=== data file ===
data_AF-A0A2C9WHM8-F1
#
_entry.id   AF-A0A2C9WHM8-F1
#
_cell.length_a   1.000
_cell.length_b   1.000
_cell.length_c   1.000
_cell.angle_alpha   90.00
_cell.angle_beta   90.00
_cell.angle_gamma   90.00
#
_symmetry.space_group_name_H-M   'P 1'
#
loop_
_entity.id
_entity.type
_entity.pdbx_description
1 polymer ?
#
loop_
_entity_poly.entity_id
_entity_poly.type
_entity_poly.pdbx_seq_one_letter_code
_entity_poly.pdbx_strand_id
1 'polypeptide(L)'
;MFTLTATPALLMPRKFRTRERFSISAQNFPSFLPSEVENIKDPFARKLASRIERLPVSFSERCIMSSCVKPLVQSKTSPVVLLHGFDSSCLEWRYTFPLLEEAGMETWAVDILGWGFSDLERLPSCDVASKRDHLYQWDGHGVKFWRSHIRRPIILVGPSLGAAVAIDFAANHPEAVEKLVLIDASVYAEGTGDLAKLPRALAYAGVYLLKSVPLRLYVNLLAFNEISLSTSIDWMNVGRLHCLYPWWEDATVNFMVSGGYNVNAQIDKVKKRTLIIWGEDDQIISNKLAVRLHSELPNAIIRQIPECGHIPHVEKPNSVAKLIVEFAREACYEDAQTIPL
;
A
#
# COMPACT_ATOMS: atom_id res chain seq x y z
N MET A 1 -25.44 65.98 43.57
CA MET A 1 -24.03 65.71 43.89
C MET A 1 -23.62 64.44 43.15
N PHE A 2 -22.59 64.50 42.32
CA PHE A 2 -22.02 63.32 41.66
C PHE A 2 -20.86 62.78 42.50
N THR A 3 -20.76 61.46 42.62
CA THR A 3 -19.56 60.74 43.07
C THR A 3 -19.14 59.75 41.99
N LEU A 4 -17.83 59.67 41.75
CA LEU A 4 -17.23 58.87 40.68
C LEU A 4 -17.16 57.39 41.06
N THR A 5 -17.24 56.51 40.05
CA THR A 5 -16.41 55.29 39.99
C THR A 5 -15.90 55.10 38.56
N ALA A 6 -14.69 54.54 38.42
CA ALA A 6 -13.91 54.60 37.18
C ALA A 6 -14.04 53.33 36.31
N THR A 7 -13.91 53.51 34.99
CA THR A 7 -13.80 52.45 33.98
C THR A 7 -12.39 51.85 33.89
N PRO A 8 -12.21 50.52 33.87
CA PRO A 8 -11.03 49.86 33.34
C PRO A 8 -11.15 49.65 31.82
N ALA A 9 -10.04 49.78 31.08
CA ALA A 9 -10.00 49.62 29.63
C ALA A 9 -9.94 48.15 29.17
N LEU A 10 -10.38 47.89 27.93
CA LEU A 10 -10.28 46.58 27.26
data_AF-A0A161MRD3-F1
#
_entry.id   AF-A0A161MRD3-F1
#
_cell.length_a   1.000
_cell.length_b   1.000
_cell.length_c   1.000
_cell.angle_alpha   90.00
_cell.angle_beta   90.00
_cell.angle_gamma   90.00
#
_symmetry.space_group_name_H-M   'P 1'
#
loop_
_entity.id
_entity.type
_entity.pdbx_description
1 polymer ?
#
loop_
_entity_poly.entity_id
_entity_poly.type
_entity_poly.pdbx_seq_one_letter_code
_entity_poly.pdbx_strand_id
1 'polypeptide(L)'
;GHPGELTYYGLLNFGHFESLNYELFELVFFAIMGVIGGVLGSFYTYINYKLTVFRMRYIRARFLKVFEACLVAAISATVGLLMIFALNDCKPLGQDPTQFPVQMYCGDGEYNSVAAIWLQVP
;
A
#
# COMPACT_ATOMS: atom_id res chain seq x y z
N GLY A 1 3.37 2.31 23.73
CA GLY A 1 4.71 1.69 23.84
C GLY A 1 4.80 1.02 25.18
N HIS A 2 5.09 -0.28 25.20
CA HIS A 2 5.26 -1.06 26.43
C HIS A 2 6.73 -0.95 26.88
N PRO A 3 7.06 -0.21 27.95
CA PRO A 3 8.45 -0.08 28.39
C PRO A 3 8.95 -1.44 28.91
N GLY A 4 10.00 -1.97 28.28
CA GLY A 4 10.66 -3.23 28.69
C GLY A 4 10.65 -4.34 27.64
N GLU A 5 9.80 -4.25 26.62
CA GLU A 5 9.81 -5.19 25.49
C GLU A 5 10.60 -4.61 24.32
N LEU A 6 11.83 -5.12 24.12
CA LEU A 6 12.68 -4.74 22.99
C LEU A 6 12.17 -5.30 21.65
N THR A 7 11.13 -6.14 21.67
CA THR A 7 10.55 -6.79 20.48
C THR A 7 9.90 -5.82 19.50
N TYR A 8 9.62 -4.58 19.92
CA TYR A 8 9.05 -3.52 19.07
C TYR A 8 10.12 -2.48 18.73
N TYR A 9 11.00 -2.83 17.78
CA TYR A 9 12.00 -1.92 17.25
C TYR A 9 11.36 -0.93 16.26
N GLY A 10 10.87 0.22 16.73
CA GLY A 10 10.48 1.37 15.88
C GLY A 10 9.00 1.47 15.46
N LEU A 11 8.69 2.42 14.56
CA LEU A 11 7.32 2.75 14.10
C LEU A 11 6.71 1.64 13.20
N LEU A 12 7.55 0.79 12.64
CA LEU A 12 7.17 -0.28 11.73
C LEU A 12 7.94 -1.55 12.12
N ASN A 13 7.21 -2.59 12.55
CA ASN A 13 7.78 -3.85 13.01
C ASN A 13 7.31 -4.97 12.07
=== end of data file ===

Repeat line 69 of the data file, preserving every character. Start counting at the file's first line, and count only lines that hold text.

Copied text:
_cell.angle_gamma   90.00